They didn’t walk across the stage individually to receive their diplomas – which is a good thing, since there were more than 9,000 of them. Instead, as each area of study was presented, the graduates came out as a group, singing and dancing in celebration of their accomplishments.
The graduates were women – young women mostly, but also women of all different ages – who completed community education programs throughout Wakiso District, one of the largest geographical districts in Uganda. To understand how significant this was, though, you need a little background information.
Uganda is one of the poorest countries in the world, and also has the world’s youngest population, with more than 50% of its citizens under the age of 15. In addition to the obvious struggles that face everyone forced to live in poverty, women encounter additional difficulties and challenges in their lives. Many are given away in marriage at a very young age, or are forced to stay home to take care of their families. Often, they are denied educational opportunities, and their future becomes even more bleak and hopeless. Prostitution is rampant, and may be the only means of survival for some women – and their children.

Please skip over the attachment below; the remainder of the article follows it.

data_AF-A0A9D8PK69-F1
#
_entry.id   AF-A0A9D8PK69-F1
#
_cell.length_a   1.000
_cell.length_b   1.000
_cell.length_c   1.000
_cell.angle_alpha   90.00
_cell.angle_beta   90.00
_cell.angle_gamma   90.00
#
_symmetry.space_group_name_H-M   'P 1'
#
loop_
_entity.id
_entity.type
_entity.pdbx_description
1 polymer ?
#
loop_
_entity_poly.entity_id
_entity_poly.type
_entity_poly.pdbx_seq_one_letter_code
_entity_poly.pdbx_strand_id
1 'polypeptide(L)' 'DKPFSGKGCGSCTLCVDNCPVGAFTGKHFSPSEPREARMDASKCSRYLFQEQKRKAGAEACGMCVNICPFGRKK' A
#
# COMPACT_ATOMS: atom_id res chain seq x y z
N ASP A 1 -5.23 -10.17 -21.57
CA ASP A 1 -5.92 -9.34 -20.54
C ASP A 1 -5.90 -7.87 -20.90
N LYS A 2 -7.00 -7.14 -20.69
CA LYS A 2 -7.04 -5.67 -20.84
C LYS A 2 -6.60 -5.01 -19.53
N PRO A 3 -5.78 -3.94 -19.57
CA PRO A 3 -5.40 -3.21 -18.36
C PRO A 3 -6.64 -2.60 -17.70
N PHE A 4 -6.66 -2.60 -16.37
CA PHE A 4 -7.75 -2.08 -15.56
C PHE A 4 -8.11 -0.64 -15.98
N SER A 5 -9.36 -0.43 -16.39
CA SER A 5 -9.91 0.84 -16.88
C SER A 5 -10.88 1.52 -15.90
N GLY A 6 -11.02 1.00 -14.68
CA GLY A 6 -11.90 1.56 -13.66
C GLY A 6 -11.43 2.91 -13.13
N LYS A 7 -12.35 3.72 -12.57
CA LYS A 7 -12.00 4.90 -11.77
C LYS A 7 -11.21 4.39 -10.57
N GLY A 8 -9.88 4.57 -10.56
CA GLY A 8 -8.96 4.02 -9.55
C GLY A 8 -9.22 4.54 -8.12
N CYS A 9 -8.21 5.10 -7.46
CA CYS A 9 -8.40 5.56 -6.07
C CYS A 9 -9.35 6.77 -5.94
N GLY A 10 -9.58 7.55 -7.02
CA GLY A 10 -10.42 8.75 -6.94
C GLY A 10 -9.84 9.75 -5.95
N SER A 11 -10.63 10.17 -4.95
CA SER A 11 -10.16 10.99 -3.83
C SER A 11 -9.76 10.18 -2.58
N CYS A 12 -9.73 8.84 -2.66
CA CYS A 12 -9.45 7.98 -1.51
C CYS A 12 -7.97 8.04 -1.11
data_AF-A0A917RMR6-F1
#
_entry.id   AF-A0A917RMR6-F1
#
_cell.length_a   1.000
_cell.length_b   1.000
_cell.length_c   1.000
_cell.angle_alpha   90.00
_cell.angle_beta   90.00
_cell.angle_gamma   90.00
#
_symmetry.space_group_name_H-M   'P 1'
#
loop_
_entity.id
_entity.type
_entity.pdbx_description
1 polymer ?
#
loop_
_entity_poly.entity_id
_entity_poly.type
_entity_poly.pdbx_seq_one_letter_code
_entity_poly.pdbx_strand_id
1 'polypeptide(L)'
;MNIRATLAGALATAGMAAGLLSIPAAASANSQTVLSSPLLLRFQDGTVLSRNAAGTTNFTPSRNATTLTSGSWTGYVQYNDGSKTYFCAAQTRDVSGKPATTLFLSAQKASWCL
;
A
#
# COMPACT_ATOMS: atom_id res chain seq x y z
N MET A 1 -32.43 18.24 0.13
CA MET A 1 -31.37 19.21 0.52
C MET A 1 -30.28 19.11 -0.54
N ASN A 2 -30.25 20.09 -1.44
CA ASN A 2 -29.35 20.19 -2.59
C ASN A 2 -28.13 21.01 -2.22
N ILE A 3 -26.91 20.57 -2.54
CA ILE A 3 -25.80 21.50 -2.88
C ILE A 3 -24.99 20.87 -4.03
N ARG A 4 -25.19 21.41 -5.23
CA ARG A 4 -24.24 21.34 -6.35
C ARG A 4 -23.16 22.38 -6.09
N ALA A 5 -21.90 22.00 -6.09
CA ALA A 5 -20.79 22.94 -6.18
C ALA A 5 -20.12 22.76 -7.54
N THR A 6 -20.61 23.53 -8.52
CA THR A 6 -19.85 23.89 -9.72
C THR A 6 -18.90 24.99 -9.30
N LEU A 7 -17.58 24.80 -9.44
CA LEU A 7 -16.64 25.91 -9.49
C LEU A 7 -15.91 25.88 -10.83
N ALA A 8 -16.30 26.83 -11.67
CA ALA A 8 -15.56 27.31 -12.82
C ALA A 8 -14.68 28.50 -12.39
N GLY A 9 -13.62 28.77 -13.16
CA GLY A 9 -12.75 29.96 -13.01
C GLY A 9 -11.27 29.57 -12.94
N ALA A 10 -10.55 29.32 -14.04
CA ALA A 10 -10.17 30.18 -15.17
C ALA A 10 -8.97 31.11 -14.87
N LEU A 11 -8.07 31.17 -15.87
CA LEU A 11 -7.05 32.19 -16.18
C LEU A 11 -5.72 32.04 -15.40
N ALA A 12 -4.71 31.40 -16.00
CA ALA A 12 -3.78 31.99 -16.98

In an environment such as this, the graduation of 9,000+ women is indeed cause for celebration, especially when the graduates have been trained in vocations such as baking, catering, sewing, tailoring, and hairdressing – all in-demand services in Uganda.
The graduation was a huge event, held under tents set up in the parking lot of the Nelson Mandela Stadium, the largest venue in Uganda. The speakers at the graduation included the president of Uganda and the Minister of Education.
Tabitha, my Ugandan friend, was invited to attend the ceremony because Pathways to Hope Africa, the organization she founded, has already done much to help lift women out of poverty and prostitution, through the establishment of a poultry farm, two sewing centers, and other projects in various stages and locations throughout Uganda.
Traveling and working with Tabitha over the years has opened my eyes to a whole new world, and to a level of need unlike anything I could ever have imagined. It has also given me the opportunity to make a difference in the lives of others, and to take part in celebrations of accomplishment and hope – like this one, and others I’ve experienced throughout Uganda. I hope they will continue for many years to come.
January 4, 2019
©Betty Liedtke, 2019
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